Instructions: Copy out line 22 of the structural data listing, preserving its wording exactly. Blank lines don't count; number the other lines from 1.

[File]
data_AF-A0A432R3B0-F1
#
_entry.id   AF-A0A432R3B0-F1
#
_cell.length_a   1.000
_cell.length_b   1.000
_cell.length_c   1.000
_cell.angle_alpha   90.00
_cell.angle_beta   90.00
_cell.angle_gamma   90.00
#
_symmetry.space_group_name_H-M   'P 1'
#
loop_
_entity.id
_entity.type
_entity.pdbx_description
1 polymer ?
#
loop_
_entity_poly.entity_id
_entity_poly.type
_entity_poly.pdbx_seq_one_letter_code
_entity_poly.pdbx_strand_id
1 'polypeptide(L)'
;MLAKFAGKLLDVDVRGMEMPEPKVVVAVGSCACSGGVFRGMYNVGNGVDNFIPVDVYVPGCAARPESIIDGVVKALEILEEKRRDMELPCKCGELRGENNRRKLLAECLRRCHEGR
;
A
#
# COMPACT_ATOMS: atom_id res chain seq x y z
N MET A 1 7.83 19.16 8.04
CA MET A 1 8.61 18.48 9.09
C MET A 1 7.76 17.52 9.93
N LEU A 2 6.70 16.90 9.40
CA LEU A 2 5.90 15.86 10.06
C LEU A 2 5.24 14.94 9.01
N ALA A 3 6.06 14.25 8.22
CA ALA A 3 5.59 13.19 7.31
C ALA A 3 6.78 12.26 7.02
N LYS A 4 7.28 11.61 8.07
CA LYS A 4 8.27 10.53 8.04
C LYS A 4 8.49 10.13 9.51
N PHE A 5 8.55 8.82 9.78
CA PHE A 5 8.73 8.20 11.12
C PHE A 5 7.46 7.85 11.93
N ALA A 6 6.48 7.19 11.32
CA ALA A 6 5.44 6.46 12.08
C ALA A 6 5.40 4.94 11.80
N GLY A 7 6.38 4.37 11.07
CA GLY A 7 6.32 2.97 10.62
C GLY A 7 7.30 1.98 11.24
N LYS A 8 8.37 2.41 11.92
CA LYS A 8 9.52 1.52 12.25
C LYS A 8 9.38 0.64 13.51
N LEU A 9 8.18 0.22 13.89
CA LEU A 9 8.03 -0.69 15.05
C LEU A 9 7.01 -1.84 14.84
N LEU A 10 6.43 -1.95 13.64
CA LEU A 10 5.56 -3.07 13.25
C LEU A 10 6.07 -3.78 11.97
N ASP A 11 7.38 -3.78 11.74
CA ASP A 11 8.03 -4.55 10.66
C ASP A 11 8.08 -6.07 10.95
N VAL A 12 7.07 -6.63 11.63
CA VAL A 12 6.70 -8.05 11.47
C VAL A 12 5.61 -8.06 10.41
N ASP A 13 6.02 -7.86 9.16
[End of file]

_entity_poly.type